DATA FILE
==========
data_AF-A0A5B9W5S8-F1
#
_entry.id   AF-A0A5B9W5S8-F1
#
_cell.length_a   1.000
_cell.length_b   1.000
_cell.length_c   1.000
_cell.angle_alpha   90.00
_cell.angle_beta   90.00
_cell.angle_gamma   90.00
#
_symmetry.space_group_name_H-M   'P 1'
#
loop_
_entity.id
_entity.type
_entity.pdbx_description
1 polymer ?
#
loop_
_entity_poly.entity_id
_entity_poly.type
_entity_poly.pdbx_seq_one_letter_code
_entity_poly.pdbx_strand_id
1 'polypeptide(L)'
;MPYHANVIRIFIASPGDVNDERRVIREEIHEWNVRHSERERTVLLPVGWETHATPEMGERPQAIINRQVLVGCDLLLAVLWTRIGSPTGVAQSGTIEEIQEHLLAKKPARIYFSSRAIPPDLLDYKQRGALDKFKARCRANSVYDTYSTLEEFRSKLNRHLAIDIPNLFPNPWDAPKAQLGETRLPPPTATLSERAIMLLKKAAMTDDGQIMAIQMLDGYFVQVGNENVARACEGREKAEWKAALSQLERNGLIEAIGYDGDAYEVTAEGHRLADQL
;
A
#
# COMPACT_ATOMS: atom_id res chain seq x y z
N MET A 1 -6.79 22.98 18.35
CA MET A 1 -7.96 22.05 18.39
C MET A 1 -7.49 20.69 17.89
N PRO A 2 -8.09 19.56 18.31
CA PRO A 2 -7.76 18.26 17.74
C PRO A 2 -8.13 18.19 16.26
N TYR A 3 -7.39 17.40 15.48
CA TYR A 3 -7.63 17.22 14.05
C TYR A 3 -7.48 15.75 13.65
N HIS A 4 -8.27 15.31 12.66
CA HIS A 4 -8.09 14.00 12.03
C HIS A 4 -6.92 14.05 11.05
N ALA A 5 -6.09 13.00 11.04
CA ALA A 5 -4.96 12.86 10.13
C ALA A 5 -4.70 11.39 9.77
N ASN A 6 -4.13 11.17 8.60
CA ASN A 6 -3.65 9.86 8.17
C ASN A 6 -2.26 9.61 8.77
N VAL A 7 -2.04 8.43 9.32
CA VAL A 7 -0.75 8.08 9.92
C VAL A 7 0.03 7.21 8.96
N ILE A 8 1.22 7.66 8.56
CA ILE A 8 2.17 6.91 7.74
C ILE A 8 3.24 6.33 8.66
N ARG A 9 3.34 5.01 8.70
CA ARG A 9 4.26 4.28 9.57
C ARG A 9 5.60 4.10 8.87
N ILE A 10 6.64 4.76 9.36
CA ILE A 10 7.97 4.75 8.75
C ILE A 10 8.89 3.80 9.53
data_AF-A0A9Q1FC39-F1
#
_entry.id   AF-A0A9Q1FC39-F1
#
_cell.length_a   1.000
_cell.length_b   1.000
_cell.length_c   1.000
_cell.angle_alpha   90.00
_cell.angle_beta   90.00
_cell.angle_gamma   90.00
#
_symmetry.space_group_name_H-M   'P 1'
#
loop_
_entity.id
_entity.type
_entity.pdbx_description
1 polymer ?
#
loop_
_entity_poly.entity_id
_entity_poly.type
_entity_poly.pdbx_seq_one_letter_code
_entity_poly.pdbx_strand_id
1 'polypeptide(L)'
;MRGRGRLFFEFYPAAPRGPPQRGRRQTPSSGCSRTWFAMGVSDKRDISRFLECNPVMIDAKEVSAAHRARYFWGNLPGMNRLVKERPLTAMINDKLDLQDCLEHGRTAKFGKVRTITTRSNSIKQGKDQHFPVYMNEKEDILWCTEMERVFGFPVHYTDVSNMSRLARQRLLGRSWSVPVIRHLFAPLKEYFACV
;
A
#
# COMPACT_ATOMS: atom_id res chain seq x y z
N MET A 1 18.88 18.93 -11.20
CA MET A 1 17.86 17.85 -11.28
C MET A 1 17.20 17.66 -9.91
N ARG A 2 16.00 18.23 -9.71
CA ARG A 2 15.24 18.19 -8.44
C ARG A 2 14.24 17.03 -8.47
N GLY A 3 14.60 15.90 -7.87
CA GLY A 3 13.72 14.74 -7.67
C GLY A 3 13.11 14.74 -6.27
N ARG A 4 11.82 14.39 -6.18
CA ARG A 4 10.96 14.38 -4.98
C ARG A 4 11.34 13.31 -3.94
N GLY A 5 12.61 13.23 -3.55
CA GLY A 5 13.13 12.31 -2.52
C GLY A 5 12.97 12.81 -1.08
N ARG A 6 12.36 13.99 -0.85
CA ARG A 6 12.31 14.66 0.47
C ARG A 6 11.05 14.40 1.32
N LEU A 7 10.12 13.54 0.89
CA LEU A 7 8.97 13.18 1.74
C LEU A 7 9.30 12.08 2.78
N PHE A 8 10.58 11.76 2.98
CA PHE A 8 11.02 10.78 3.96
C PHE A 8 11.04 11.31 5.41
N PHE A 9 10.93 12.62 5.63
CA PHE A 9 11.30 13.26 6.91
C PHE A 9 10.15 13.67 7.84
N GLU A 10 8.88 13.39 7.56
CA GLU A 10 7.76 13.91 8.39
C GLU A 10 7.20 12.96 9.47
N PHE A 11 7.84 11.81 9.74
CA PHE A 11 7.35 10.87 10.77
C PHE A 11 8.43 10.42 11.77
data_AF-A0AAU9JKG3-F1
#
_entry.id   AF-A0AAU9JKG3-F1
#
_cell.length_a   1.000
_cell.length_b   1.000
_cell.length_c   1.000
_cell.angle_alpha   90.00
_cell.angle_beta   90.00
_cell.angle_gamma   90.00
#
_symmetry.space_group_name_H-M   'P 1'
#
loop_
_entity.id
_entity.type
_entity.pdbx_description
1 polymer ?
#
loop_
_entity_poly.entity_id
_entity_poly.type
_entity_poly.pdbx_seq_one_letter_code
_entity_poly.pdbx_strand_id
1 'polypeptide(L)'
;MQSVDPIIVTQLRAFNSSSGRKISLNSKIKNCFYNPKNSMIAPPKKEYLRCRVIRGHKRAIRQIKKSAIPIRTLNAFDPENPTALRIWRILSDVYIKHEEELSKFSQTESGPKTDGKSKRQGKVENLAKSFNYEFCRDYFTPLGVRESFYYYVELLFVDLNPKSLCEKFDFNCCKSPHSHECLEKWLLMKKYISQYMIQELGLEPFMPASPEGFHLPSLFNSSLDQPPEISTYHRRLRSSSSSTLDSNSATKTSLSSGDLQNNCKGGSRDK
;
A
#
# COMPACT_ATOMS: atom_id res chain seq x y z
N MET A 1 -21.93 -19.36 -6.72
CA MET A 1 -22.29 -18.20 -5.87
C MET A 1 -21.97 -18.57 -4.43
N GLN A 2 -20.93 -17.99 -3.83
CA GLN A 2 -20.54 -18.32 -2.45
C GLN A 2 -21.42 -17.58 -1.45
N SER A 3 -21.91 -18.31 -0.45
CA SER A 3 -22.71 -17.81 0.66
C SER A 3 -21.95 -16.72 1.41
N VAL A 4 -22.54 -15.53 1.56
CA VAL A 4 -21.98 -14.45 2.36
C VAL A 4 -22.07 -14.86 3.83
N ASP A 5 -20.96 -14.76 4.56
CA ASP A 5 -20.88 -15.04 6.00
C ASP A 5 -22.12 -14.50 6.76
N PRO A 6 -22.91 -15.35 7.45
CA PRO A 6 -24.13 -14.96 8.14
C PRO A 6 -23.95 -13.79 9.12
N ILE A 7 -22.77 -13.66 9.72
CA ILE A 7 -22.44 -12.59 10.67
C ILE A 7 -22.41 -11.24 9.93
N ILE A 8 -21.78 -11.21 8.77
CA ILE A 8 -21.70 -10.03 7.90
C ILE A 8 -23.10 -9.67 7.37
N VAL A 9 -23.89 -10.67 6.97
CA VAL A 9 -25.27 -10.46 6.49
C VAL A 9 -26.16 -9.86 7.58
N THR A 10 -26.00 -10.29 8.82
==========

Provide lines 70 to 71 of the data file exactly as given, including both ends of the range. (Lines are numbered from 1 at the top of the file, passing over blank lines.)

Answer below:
_cell.angle_gamma   90.00
#